We found out this morning what happened to Greg Scott, who left women's apparel retailer Wet Seal's
The move looks like a good one for Scott, but illustrates the continued difficulties in recent periods for Wet Seal. Arden B, after all, has been one of the company's better performers lately.
Upper management, meanwhile, has been largely overhauled since mid-2003. In early January, the retailer gave up on its Zutopia line of stores for girls age 5-12, which it purchased in early 2001 from Gymboree
And earlier this month, management announced that fiscal fourth-quarter (ended Jan. 31) revenues fell year over year to $148.3 million from $161.2 million as same-store sales dropped nearly 10%. For the year, meanwhile, same-store sales fell a remarkable 16.3% on top of last year's 5.6% decline. Significant losses, which include a settlement to pay off store managers who sued for unpaid overtime, are expected for the fourth quarter.
Despite all the recent woes, however, Wet Seal sits in an interesting position. While clear-cut turnaround signs aren't plainly obvious in this case, the company says painful markdowns have helped clear out inventory and make room for spring merchandise. Management is optimistic that it will be able to improve same-store sales and turn in a better performance in this year's back-to-school season.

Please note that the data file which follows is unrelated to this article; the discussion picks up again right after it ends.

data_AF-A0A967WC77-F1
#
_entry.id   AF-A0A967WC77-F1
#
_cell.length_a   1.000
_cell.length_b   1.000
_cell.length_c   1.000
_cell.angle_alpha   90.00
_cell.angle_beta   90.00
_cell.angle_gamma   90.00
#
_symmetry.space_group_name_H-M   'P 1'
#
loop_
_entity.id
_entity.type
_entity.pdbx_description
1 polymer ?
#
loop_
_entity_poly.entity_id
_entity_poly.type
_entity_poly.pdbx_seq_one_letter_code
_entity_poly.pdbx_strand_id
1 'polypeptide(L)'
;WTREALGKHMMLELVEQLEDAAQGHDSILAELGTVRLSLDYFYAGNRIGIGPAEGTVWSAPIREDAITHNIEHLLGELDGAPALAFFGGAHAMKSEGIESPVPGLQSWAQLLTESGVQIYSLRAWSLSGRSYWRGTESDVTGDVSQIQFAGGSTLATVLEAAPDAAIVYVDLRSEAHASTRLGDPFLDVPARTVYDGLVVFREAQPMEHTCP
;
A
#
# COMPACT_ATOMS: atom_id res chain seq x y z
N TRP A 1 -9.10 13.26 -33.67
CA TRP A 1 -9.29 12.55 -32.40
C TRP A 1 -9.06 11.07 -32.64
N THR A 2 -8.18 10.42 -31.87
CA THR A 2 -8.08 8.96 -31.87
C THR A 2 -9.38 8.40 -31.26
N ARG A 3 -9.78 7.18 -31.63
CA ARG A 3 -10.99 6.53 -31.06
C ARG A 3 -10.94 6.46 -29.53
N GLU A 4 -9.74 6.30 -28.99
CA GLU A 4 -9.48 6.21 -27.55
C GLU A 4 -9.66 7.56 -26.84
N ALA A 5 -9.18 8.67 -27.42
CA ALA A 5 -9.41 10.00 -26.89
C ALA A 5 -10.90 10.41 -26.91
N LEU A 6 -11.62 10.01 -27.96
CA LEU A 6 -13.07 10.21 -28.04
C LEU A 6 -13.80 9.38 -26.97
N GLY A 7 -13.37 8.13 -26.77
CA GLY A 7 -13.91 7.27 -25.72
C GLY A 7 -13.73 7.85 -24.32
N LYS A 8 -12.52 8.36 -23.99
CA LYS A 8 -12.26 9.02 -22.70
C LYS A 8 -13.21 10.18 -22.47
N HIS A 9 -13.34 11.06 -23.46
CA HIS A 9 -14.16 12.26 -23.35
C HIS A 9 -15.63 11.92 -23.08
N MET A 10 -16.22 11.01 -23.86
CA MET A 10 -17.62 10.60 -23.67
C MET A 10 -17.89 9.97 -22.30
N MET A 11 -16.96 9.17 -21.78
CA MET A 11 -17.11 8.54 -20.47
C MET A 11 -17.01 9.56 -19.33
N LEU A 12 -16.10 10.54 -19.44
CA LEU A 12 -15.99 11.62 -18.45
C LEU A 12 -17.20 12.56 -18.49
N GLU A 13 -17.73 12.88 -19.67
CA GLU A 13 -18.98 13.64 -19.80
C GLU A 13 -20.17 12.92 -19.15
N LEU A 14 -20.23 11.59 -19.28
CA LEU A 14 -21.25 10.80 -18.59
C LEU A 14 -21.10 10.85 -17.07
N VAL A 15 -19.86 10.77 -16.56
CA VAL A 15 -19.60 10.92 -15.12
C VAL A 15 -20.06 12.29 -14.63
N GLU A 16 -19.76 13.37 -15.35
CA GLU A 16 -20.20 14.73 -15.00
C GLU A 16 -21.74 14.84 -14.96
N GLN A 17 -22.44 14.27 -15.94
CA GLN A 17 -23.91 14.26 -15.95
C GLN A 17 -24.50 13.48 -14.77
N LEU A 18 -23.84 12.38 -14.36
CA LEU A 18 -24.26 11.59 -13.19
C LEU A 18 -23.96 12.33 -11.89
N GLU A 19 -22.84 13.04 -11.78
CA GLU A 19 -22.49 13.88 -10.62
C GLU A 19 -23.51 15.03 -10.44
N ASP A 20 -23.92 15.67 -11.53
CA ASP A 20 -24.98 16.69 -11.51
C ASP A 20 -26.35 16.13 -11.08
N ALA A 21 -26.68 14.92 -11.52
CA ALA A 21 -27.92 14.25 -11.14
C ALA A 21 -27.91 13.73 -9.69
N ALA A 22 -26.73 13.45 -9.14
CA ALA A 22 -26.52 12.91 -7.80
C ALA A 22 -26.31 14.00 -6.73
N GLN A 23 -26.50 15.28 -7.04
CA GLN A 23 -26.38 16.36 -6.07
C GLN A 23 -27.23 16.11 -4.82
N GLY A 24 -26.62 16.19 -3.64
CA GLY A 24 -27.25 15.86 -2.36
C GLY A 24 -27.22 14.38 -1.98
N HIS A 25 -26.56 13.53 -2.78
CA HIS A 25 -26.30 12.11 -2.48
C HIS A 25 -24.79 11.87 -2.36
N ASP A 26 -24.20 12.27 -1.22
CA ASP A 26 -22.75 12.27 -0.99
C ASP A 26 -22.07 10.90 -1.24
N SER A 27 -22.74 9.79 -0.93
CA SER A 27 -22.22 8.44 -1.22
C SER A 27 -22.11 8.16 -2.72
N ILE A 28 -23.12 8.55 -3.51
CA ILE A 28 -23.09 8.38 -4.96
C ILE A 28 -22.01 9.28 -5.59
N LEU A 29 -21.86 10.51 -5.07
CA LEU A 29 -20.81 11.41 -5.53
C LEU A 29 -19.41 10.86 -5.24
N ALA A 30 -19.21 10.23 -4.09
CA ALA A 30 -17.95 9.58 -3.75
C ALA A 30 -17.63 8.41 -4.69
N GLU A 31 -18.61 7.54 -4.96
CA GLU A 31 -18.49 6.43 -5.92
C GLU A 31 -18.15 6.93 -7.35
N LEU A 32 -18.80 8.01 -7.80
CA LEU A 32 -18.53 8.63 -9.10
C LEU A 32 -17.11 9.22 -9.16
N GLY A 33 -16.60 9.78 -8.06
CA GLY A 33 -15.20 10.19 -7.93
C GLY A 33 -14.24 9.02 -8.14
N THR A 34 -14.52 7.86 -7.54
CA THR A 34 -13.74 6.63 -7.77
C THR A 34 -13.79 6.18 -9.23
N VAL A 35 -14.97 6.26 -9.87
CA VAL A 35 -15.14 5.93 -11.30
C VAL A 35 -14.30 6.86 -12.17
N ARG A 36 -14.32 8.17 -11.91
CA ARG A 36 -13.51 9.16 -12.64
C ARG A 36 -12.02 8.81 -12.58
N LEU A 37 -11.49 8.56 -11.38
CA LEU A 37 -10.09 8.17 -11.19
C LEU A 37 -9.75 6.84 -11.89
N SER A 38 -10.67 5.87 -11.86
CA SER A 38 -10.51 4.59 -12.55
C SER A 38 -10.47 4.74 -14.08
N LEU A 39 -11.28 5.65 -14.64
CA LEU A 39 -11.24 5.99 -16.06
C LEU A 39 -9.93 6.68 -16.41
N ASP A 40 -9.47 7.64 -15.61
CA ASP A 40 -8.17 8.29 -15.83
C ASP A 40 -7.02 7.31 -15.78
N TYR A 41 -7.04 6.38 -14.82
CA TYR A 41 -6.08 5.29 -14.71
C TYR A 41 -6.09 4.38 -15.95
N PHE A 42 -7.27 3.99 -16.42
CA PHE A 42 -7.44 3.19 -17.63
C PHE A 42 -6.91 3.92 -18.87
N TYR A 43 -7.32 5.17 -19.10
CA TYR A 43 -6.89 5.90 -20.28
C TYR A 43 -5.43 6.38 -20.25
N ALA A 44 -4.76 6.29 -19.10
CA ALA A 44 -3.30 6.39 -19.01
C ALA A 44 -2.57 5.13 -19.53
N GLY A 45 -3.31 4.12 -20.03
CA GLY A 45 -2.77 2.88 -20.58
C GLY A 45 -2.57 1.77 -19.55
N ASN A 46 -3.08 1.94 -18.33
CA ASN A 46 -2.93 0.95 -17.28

With no long-term debt eating into profits, Wet Seal's recent history has shown that it's capable of generating free cash flow. It's this combination of factors that seem to be keeping the shares out of freefall -- though they have underperformed the S&P 500 over the last 12 months.
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Fool contributor Dave Marino-Nachison doesn't own any of the companies in this article. He can be reached via email.